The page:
JONESBORO – Members of the Clayton County Board of Education hashed out the beginnings of plans to redistribute student populations.
SPLOST coordinator John Holloway provided the board with an update Monday during its work session on the district’s capacity status, based on its Oct. 1, 2013, full-time enrollment count.
Holloway reported that the district’s elementary school enrollment exceeds classroom capacity by 204 pupils. Middle school enrollment is under capacity by 1,567 and high school enrollment is below by 432.
The report confounded some members of the panel, board members Mary Baker and Jessie Goree who challenged the results.
Baker objected to the report’s calculation of Jonesboro High being under capacity by 406 students, pointing to the school’s crowded hallways and classrooms.
Goree connected the enrollment to the district’s five-year facilities plan, a construction priority list to be submitted to the state.
The list is topped by schools that district officials believe would need to be newly-constructed or renovated first, whereas newer schools fall lower on the list.
Seventh on the list is the construction of a 14th elementary school and 23rd on that list is a new middle school, which would be the district’s eighth middle school.
“You’re talking about adding another middle school and all but three are under-capacity,” said Goree, referencing the classroom capacity report.
The middle schools are 1,567 students under-capacity, according to the report. Babb, Forest Park and Rex Mill middle schools are over capacity by 56, 63 and eight students respectively.
The report reveals four of the district’s nine high schools are under-capacity including Drew, Jonesboro, Mundy’s Mill and North Clayton high schools. Drew is 295 student under-capacity, Jonesboro is 406 under, Mundy’s Mill is below 132 and North Clayton is down 479.
Goree said the broad disparity in enrollments concerns her about the level of resources one school receives versus another, particularly in northern Clayton County where Drew and North Clayton high schools are grossly under-capacity.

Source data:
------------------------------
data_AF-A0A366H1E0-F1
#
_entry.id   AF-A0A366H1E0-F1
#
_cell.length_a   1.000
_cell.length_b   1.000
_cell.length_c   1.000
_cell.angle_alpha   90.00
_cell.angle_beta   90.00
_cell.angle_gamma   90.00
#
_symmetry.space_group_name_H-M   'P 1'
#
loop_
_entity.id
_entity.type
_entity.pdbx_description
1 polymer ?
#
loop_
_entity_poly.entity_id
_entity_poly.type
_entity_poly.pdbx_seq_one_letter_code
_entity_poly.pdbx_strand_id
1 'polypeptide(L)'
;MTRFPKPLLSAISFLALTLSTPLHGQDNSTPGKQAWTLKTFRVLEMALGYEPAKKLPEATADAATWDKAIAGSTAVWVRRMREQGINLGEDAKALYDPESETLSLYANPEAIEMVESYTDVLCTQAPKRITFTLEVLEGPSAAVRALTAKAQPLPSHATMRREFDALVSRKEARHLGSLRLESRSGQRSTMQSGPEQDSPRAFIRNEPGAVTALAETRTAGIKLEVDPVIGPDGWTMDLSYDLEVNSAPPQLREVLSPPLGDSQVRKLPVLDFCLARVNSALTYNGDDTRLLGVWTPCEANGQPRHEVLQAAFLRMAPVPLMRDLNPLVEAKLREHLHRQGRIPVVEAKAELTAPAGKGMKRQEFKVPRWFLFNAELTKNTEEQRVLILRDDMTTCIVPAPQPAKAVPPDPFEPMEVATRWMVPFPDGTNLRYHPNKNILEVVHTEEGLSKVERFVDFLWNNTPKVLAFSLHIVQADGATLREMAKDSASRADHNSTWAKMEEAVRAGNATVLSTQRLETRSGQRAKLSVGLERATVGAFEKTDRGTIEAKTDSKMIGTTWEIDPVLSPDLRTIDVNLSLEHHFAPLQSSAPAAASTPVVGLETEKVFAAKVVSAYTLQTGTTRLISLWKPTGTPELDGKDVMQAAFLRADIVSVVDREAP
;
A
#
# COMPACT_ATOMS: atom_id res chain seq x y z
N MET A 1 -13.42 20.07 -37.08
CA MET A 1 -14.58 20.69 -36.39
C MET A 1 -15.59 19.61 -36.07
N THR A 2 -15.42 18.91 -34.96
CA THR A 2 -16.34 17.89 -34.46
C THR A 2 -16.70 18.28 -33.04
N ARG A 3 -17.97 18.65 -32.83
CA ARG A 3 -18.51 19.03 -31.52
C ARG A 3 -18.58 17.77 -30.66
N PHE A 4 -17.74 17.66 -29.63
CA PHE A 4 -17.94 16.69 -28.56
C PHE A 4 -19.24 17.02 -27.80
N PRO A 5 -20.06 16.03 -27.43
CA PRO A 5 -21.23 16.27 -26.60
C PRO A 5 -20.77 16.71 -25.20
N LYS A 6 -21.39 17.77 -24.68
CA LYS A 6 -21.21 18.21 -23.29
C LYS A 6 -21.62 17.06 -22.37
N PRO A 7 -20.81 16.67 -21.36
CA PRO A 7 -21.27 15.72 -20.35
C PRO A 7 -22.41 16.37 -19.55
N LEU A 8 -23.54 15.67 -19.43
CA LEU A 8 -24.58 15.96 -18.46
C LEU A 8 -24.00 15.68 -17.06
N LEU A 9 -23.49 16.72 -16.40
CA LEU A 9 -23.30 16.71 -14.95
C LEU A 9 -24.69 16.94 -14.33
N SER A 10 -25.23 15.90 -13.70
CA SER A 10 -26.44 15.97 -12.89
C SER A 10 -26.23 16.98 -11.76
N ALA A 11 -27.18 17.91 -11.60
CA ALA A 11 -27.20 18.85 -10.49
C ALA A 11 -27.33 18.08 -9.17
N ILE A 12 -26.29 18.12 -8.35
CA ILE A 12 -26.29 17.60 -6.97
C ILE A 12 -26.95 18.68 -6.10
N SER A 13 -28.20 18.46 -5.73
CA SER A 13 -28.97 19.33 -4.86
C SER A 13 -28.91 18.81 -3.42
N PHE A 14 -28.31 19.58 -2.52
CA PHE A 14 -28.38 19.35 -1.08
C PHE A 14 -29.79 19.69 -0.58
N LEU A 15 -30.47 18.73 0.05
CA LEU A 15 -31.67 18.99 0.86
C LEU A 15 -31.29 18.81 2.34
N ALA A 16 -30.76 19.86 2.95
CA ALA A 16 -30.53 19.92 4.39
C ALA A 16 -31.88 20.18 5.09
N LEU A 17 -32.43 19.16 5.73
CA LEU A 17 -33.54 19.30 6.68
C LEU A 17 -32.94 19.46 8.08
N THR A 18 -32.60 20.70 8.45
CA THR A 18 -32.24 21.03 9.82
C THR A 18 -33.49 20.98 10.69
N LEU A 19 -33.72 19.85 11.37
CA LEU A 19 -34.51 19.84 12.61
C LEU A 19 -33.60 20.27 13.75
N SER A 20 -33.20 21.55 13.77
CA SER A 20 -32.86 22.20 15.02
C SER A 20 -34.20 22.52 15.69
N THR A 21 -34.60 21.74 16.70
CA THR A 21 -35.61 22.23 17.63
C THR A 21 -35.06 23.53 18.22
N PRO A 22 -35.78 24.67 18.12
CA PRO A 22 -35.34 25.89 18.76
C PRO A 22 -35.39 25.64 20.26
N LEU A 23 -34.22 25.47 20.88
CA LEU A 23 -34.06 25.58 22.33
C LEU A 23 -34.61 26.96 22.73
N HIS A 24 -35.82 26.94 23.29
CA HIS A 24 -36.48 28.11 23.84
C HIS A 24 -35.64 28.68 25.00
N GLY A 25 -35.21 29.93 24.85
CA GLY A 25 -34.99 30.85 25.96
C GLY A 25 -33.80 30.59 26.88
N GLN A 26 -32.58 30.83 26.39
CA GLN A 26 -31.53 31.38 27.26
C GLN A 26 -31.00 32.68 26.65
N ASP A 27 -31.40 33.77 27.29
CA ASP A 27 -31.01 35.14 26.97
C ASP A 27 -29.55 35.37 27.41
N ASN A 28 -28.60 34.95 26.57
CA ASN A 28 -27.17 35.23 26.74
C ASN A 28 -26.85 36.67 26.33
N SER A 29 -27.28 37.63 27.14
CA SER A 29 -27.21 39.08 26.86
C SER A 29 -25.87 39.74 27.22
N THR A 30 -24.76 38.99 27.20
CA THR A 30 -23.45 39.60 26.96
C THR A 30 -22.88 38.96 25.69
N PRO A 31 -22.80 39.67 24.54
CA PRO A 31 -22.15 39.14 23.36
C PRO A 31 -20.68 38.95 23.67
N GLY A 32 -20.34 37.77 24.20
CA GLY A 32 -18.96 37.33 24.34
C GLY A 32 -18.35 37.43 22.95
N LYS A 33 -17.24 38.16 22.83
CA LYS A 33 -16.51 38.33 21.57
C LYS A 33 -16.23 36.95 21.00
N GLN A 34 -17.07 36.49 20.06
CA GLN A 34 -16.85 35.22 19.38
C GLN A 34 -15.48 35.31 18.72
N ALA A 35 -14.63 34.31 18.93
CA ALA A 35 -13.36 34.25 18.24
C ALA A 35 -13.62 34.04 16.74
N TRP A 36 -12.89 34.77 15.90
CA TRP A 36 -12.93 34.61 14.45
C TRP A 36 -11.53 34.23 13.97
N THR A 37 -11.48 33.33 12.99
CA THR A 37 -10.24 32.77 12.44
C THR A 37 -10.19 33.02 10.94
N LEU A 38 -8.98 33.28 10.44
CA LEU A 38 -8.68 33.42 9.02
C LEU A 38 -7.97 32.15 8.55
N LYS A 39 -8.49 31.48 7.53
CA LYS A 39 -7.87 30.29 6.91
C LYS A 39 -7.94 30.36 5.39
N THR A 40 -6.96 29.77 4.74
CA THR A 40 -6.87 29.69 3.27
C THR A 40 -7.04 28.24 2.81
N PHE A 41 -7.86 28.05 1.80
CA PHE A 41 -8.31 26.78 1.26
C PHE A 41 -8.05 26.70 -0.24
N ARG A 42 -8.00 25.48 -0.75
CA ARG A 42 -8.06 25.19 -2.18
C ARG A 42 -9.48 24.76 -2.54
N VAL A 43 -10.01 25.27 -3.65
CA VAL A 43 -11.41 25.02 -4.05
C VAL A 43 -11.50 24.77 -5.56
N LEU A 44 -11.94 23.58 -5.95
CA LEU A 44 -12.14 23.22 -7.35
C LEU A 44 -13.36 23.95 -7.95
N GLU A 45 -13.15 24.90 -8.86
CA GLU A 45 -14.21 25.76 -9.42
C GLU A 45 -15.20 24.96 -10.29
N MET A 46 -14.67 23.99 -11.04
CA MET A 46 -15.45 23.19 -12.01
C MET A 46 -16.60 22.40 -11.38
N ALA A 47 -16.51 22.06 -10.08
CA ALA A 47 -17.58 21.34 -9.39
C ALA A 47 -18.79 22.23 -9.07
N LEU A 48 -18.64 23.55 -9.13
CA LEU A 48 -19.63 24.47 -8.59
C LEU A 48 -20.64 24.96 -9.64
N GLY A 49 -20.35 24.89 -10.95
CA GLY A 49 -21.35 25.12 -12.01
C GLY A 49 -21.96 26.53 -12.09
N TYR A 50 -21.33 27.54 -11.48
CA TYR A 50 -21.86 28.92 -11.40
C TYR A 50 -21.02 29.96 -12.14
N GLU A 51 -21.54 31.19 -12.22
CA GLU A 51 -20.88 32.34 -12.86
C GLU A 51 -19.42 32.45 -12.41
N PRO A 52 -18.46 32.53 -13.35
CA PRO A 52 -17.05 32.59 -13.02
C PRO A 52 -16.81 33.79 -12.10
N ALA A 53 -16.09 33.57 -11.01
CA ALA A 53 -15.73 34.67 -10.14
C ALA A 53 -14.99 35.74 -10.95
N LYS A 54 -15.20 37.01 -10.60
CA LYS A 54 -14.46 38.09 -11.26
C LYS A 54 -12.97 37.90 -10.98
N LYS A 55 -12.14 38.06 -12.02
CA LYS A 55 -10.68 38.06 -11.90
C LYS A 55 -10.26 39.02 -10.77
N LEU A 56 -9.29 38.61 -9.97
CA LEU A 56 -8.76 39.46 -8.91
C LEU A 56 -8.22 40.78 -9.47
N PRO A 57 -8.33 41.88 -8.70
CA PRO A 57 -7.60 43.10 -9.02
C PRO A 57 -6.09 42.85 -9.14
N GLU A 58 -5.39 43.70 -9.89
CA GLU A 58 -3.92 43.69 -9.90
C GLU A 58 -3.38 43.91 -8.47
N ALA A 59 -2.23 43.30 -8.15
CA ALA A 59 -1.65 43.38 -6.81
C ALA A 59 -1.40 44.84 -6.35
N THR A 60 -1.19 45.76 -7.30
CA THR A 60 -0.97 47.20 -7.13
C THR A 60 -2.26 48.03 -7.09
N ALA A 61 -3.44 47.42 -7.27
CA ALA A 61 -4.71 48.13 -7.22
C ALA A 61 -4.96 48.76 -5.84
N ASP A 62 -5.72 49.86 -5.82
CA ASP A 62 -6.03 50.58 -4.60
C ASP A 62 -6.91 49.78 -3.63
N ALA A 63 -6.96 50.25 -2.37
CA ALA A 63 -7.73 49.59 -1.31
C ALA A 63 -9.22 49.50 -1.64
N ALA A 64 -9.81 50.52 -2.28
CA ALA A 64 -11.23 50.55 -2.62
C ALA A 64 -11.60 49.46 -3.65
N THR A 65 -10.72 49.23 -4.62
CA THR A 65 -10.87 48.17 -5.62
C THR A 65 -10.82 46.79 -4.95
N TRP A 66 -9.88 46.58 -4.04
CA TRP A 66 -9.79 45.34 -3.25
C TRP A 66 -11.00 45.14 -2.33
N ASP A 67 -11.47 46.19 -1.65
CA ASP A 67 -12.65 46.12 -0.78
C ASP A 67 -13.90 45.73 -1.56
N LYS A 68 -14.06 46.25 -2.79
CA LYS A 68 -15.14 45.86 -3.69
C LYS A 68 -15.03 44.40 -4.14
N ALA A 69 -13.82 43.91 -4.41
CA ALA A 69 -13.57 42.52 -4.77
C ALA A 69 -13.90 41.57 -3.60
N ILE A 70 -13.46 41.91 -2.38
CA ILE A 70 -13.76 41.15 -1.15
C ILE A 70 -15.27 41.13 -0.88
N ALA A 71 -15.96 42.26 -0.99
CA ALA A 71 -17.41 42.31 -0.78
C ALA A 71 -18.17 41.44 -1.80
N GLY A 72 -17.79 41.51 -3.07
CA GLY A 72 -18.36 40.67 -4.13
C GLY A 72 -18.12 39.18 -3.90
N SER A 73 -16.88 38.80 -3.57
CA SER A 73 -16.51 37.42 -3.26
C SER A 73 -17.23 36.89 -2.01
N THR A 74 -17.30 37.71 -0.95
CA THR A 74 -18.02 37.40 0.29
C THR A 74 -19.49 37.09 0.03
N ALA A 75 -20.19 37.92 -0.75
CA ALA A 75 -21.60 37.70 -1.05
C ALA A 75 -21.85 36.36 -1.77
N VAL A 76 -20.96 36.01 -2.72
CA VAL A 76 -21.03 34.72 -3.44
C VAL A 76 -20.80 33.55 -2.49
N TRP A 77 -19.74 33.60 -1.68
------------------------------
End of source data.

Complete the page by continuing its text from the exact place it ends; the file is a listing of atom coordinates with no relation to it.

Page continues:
“When do you ever plan on doing re-redistricting?” said Goree, repeating her annual query about the differences in student populations.
Chairwoman Dr. Pam Adamson, too, said she was concerned with equity in resources provided to schools. She raised questions about the facilities plan priority list.
She said she was concerned that Riverdale High had a sub-par gymnasium that she said is as old as the school itself but the priority list only identifies adding an auxiliary gym to campus and after the district builds a new elementary school.
“One of the worst nights of my life is when we had graduation in that gymnasium,” said Adamson. “It was horrible.”
Adamson said she believes there should be a newly-constructed full gym in the district’s plans.
Monday’s work session also included a first reading of amendments to its Policy Series J, pertaining to students. The changes include a nondiscrimination statement and amendments to enrollment policies in home study, homeless youth, individualized education program plans, transfer students and student records.
The changes address the board’s rules in keeping with the federal Individuals with Disabilities Education Act and details regulating possession of a weapon on school grounds, at a school function or en route to or from a school activity.
The policy proposals also contain a section for concussion management, based upon a new state law designed to mitigate the ill-effects of concussion in young athletes.
Members are also reviewing this month’s purchasing, financial and SPLOST reports for the next regular meeting Tuesday, April 1, at 6 p.m.